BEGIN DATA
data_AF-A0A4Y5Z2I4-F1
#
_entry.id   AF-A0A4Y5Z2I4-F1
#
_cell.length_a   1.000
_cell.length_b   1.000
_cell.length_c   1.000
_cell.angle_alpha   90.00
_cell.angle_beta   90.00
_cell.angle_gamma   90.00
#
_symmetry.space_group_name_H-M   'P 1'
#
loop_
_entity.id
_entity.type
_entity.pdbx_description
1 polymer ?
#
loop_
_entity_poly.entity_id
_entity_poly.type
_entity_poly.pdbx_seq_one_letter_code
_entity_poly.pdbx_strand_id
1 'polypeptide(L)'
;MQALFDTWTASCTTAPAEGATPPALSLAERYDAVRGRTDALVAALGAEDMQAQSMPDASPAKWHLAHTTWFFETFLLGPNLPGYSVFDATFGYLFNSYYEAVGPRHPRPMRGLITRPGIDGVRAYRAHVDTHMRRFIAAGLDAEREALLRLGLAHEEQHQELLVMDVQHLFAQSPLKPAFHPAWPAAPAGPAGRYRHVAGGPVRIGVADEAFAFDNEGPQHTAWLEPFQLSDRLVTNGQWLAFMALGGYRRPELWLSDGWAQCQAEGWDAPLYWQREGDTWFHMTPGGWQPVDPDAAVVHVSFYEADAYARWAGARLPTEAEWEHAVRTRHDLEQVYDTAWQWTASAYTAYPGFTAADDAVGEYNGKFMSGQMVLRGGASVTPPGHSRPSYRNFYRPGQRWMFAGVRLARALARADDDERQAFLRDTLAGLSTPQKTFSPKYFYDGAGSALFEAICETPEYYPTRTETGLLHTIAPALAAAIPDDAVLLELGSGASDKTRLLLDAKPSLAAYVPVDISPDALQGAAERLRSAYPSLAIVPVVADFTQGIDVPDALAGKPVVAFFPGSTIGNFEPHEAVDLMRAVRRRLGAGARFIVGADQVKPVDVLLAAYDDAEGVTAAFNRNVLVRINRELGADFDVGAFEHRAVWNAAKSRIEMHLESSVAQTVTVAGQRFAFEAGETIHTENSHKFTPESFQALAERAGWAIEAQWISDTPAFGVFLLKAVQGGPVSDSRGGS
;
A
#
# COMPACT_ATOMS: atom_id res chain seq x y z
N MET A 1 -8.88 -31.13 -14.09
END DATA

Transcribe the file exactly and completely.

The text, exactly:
data_AF-A0A4Y5Z2I4-F1
#
_entry.id   AF-A0A4Y5Z2I4-F1
#
_cell.length_a   1.000
_cell.length_b   1.000
_cell.length_c   1.000
_cell.angle_alpha   90.00
_cell.angle_beta   90.00
_cell.angle_gamma   90.00
#
_symmetry.space_group_name_H-M   'P 1'
#
loop_
_entity.id
_entity.type
_entity.pdbx_description
1 polymer ?
#
loop_
_entity_poly.entity_id
_entity_poly.type
_entity_poly.pdbx_seq_one_letter_code
_entity_poly.pdbx_strand_id
1 'polypeptide(L)'
;MQALFDTWTASCTTAPAEGATPPALSLAERYDAVRGRTDALVAALGAEDMQAQSMPDASPAKWHLAHTTWFFETFLLGPNLPGYSVFDATFGYLFNSYYEAVGPRHPRPMRGLITRPGIDGVRAYRAHVDTHMRRFIAAGLDAEREALLRLGLAHEEQHQELLVMDVQHLFAQSPLKPAFHPAWPAAPAGPAGRYRHVAGGPVRIGVADEAFAFDNEGPQHTAWLEPFQLSDRLVTNGQWLAFMALGGYRRPELWLSDGWAQCQAEGWDAPLYWQREGDTWFHMTPGGWQPVDPDAAVVHVSFYEADAYARWAGARLPTEAEWEHAVRTRHDLEQVYDTAWQWTASAYTAYPGFTAADDAVGEYNGKFMSGQMVLRGGASVTPPGHSRPSYRNFYRPGQRWMFAGVRLARALARADDDERQAFLRDTLAGLSTPQKTFSPKYFYDGAGSALFEAICETPEYYPTRTETGLLHTIAPALAAAIPDDAVLLELGSGASDKTRLLLDAKPSLAAYVPVDISPDALQGAAERLRSAYPSLAIVPVVADFTQGIDVPDALAGKPVVAFFPGSTIGNFEPHEAVDLMRAVRRRLGAGARFIVGADQVKPVDVLLAAYDDAEGVTAAFNRNVLVRINRELGADFDVGAFEHRAVWNAAKSRIEMHLESSVAQTVTVAGQRFAFEAGETIHTENSHKFTPESFQALAERAGWAIEAQWISDTPAFGVFLLKAVQGGPVSDSRGGS
;
A
#
# COMPACT_ATOMS: atom_id res chain seq x y z
N MET A 1 -8.88 -31.13 -14.09